The downside to the Corona’s midrange emphasis is its lack of dynamic contrast. For those whose playlists expand much further beyond vocal-reliant tracks, here are aspects the Corona won’t deliver – especially relative to its bigger brothers.

Pristine cleanliness and bounds of treble sparkle: The Corona has a decidedly linear upper-treble, which contributes to its organic tone and realistic timbre. However, this’ll be to the chagrin of those looking for bell-like clarity and crispness. The Corona is certainly smoother than some would like, so if you’re used to the energy of IEMs like the 64Audio A18t or the Campfire Audio Andromeda – and you’re not willing to compromise that slightly for tone – then look elsewhere.

A gutsy, impactful bass: Although the Corona’s low-end has decent physicality and tone, okay extension limits it from achieving greater guttural-ness, texture and dynamic range. Rhythm sections and percussion won’t ever feel empty, anaemic or dull, but it’s worth keeping in mind if you place more emphasis on the low-end than average.

Utmost stage expansion and clinical imaging: The Corona may have admirable air for the signature it’s going for, but it’s certainly the weakest of the three in that regard. If your preferences lie closer towards an operatic, theatrical presentation rather than a more romantic, lush and intimate one, then you’d be better off looking at the Sirius or Meteo.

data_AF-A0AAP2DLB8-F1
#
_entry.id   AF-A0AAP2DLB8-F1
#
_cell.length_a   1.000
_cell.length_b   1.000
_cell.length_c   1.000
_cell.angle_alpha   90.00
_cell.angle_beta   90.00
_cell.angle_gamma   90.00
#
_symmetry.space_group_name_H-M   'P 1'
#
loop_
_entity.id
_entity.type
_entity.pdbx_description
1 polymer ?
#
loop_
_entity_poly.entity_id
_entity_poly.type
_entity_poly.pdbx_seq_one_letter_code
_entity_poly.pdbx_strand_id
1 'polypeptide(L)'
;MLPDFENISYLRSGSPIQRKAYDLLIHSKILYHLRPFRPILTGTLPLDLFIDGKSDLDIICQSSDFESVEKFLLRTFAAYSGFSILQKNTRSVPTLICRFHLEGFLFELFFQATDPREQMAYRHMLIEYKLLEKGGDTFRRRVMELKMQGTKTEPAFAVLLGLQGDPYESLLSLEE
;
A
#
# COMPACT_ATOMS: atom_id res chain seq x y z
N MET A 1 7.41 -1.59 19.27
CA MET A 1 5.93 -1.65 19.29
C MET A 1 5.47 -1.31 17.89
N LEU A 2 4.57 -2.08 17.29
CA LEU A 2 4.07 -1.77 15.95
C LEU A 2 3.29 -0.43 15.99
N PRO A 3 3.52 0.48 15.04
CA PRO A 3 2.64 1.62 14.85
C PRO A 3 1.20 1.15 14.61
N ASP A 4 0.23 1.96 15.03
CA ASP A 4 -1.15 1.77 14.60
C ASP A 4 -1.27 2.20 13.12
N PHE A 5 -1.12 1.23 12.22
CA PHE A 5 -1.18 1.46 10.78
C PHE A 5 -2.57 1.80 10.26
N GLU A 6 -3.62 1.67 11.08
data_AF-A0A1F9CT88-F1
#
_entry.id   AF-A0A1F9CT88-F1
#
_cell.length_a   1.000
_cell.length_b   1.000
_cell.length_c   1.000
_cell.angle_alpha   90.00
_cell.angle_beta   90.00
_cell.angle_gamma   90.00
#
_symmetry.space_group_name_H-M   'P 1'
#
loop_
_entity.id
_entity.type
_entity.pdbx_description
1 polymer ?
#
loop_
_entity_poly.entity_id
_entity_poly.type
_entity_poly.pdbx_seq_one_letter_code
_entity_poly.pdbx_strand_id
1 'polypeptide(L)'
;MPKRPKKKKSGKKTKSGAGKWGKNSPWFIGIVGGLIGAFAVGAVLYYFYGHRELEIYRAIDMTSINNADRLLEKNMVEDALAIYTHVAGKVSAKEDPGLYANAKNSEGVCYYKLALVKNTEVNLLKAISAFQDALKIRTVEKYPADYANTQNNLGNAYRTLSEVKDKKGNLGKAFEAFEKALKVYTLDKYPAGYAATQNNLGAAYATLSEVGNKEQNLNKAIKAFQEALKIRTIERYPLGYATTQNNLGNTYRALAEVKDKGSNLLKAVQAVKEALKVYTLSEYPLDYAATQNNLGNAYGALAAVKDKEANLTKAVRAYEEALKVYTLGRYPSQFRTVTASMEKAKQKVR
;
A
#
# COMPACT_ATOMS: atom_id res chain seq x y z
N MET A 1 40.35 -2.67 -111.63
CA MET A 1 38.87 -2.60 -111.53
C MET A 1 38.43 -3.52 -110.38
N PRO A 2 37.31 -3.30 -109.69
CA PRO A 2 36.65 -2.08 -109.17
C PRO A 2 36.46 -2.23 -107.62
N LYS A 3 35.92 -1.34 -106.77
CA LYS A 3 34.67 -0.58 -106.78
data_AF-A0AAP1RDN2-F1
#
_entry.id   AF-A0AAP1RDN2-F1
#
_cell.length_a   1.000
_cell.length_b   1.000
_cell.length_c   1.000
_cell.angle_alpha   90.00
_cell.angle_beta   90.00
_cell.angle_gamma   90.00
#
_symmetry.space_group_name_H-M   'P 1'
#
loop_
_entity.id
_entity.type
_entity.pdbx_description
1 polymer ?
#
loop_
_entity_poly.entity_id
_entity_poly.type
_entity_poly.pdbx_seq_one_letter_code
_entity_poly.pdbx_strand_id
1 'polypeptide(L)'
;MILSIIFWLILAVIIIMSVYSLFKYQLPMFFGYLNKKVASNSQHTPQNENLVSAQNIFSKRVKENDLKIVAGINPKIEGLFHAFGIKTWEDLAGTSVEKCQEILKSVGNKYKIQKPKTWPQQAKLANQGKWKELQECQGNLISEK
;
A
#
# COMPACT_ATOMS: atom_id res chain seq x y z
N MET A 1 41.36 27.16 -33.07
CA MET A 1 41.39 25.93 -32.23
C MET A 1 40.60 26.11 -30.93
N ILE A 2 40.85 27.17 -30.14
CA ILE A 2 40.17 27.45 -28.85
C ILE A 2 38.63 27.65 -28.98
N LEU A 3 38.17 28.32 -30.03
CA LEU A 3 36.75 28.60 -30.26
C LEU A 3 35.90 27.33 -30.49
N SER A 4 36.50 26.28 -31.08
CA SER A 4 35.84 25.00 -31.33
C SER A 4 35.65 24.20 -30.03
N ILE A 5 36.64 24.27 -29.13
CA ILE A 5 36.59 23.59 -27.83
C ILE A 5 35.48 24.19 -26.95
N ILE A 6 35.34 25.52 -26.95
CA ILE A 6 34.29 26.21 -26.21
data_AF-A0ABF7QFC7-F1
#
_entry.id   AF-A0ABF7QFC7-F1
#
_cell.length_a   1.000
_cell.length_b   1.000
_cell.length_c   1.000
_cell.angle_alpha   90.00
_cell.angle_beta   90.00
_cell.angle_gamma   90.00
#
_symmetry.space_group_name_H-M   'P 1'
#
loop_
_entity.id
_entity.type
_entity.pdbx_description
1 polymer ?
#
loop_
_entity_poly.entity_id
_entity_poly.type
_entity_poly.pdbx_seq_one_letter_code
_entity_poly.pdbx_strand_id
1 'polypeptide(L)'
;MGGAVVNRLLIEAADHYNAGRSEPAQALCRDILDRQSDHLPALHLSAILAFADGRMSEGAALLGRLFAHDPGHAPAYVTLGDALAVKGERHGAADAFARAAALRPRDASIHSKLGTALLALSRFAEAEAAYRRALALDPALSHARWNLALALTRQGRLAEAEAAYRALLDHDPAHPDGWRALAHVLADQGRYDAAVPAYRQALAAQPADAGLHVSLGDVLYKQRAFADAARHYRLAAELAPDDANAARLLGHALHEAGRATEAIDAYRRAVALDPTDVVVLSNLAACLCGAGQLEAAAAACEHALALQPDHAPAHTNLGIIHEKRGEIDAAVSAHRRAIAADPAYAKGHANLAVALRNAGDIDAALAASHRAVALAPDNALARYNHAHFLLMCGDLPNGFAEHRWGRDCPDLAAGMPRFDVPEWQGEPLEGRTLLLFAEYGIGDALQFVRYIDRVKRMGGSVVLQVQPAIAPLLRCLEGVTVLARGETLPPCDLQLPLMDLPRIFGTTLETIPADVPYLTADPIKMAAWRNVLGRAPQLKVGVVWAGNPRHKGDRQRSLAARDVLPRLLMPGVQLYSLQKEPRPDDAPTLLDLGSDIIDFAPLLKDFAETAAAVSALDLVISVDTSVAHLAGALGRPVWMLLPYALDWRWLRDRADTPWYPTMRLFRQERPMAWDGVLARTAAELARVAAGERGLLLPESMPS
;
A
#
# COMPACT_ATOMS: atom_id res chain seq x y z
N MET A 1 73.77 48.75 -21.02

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About Author

Church-boy by day and audio-obsessee by night, Daniel Lesmana’s world revolves around the rhythms and melodies we lovingly call: Music. When he’s not behind a console mixing live for a congregation of thousands, engineering records in a studio environment, or making noise behind a drum set, you’ll find him on his laptop analysing audio gear with fervor and glee. Now a specialist in custom IEMs, cables and full-sized headphones, he’s looking to bring his unique sensibilities - as both an enthusiast and a professional - into the reviewer’s space; a place where no man has gone before.